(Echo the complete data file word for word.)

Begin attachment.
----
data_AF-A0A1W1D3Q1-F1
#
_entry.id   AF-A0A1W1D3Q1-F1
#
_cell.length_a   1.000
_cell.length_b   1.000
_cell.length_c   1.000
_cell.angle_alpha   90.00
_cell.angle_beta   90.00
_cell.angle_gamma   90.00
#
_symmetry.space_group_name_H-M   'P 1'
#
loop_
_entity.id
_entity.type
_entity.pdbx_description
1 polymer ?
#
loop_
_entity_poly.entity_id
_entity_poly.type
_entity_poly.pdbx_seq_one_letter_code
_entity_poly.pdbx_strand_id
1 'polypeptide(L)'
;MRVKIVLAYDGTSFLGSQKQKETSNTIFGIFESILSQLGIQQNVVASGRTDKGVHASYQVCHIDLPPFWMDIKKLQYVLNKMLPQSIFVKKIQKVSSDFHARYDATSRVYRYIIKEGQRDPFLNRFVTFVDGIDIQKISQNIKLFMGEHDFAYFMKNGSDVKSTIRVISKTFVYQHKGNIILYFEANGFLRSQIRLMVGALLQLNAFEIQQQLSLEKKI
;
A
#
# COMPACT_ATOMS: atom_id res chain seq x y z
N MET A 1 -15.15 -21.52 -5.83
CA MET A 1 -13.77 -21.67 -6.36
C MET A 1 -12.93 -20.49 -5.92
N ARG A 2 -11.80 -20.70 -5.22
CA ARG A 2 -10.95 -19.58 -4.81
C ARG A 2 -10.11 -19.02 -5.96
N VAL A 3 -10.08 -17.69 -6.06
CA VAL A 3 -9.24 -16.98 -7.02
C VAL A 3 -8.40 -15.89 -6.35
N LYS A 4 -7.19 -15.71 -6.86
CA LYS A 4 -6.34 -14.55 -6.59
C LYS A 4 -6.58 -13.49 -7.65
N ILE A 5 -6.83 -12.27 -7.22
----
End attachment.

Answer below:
data_AF-A0A1W1D3Q1-F1
#
_entry.id   AF-A0A1W1D3Q1-F1
#
_cell.length_a   1.000
_cell.length_b   1.000
_cell.length_c   1.000
_cell.angle_alpha   90.00
_cell.angle_beta   90.00
_cell.angle_gamma   90.00
#
_symmetry.space_group_name_H-M   'P 1'
#
loop_
_entity.id
_entity.type
_entity.pdbx_description
1 polymer ?
#
loop_
_entity_poly.entity_id
_entity_poly.type
_entity_poly.pdbx_seq_one_letter_code
_entity_poly.pdbx_strand_id
1 'polypeptide(L)'
;MRVKIVLAYDGTSFLGSQKQKETSNTIFGIFESILSQLGIQQNVVASGRTDKGVHASYQVCHIDLPPFWMDIKKLQYVLNKMLPQSIFVKKIQKVSSDFHARYDATSRVYRYIIKEGQRDPFLNRFVTFVDGIDIQKISQNIKLFMGEHDFAYFMKNGSDVKSTIRVISKTFVYQHKGNIILYFEANGFLRSQIRLMVGALLQLNAFEIQQQLSLEKKI
;
A
#
# COMPACT_ATOMS: atom_id res chain seq x y z
N MET A 1 -15.15 -21.52 -5.83
CA MET A 1 -13.77 -21.67 -6.36
C MET A 1 -12.93 -20.49 -5.92
N ARG A 2 -11.80 -20.70 -5.22
CA ARG A 2 -10.95 -19.58 -4.81
C ARG A 2 -10.11 -19.02 -5.96
N VAL A 3 -10.08 -17.69 -6.06
CA VAL A 3 -9.24 -16.98 -7.02
C VAL A 3 -8.40 -15.89 -6.35
N LYS A 4 -7.19 -15.71 -6.86
CA LYS A 4 -6.34 -14.55 -6.59
C LYS A 4 -6.58 -13.49 -7.65
N ILE A 5 -6.83 -12.27 -7.22